ANISE Overview Information
Anise is an herb. The seed (fruit) and oil, and less frequently the root and leaf, are used to make medicine.
Anise is used for upset stomach, intestinal gas, “runny nose,” and as an expectorant to increase productive cough, as a diuretic to increase urine flow, and as an appetite stimulant. Women use anise to increase milk flow when nursing, start menstruation, treat menstrual discomfort or pain, ease childbirth, and increase sex drive. Men use anise to treat symptoms of “male menopause.” Other uses include treatment of seizures, nicotine dependence, trouble sleeping (insomnia), asthma, and constipation.
Some people apply anise directly to the skin to treat lice, scabies, and psoriasis.
In foods, anise is used as a flavoring agent. It has a sweet, aromatic taste that resembles the taste of black licorice. It is commonly used in alcohols and liqueurs, such as anisette and ouzo. Anise is also used in dairy products, gelatins, meats, candies, and breath fresheners.
In manufacturing, anise is often used as a fragrance in soap, creams, perfumes, and sachets.
How does it work?
There are chemicals in anise that may have estrogen-like effects. Chemicals in anise may also act as insecticides.
Possibly Effective for:
- Asthma. Early research suggests that drinking one cup of a tea containing anise, German chamomile, saffron, fennel, caraway, licorice, cardamom, and black seed reduces coughing and sleep discomfort in people with allergic asthma.
- Constipation. Early research suggests that drinking an herbal tea containing anise, fennel, elderberry, and senna improves constipation in some people.
- Lice. Early research suggests that applying a spray containing anise oil, coconut oil, and ylang ylang oil to the scalp helps get rid of head lice. The effect of the anise oil combination spray appears to be comparable to a spray containing the chemicals permethrin, malathion, piperonyl, butoxide, and isododecane.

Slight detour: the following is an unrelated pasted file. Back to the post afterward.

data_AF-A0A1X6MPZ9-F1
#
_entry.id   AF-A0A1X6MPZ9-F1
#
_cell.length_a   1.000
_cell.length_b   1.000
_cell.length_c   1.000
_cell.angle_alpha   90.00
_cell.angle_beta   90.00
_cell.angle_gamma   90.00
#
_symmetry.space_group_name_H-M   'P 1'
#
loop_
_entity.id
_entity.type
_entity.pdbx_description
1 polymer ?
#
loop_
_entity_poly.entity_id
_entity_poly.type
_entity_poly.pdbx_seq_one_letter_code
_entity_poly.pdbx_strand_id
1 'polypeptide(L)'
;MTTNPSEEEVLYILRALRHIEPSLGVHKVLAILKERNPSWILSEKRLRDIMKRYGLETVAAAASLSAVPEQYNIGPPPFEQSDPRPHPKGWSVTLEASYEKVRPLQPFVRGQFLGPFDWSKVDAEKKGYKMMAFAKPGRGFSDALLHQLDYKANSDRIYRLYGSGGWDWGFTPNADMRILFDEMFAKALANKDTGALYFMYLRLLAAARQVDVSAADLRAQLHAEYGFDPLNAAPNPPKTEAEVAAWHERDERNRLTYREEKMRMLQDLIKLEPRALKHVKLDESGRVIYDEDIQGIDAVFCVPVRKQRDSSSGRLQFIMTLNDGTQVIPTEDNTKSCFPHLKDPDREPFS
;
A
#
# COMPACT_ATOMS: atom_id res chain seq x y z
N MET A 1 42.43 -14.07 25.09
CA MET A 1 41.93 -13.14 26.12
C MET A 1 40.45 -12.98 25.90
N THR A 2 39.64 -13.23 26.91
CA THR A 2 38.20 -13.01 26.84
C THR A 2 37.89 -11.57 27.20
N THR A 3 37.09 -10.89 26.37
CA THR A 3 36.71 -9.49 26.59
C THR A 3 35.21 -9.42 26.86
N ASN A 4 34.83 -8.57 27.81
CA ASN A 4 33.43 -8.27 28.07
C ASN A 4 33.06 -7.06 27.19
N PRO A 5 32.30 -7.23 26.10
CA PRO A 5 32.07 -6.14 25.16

- Starting menstrual periods.
- Increasing breast milk.
- Increasing sex drive.
- Other conditions.
ANISE Side Effects & Safety
Anise is LIKELY SAFE for most adults when taken by mouth in amounts typically found in foods. There isn't enough information available to know if anise is safe to take by mouth in medicinal amounts.
Special Precautions & Warnings:Pregnancy and breast-feeding: Anise is LIKELY SAFE for pregnant and breast-feeding women when used as part of a normal diet. It’s not known whether it’s safe to use anise in larger medicinal amounts during pregnancy or when breast-feeding. Stick to food amounts.
Children: Anise is LIKELY SAFE for most children when taken by mouth in amounts typically found in foods. It is POSSIBLY SAFE when applied to the scalp in combination with other herbs, short-term. There isn't enough information available to know if anise is safe to take by mouth in medicinal amounts.
Allergies: Anise might cause allergic reactions in some people who are allergic to other plants that are similar to anise. Plants that are similar to anise include asparagus, caraway, celery, coriander, cumin, dill, and fennel.
Hormone-sensitive condition such as breast cancer, uterine cancer, ovarian cancer, endometriosis, or uterine fibroids: Anise might act like estrogen. If you have any condition that might be made worse by exposure to estrogen, don’t use anise.
Moderate Interaction Be cautious with this combination
- Birth control pills (Contraceptive drugs) interacts with ANISE
Some birth control pills contain estrogen. Anise might have some of the same effects as estrogen. But anise isn't as strong as the estrogen in birth control pills. Taking anise along with birth control pills might decrease the effectiveness of birth control pills. If you take birth control pills along with anise, use an additional form of birth control such as a condom.
Some birth control pills include ethinyl estradiol and levonorgestrel (Triphasil), ethinyl estradiol and norethindrone (Ortho-Novum 1/35, Ortho-Novum 7/7/7), and others.
- Estrogens interacts with ANISE
Large amounts of anise might have some of the same effects as estrogen. But large amounts of anise aren't as strong as estrogen pills. Taking anise along with estrogen pills might decrease the effects of estrogen pills.
Some estrogen pills include conjugated equine estrogens (Premarin), ethinyl estradiol, estradiol, and others.
- Tamoxifen (Nolvadex) interacts with ANISE
Some types of cancer are affected by hormones in the body. Estrogen-sensitive cancers are cancers that are affected by estrogen levels in the body. Tamoxifen (Nolvadex) is used to help treat and prevent these types of cancer. Anise seems to also affect estrogen levels in the body. By affecting estrogen in the body, anise might decrease the effectiveness of tamoxifen (Nolvadex). Do not take anise if you are taking tamoxifen (Nolvadex).
The following doses have been studied in scientific research:
- For menstrual discomfort: 500 mg of a specific combination product containing saffron, celery seed, and anise extracts (SCA, Gol Daro Herbal Medicine Laboratory) taken three times a day for the first three days of menstruation.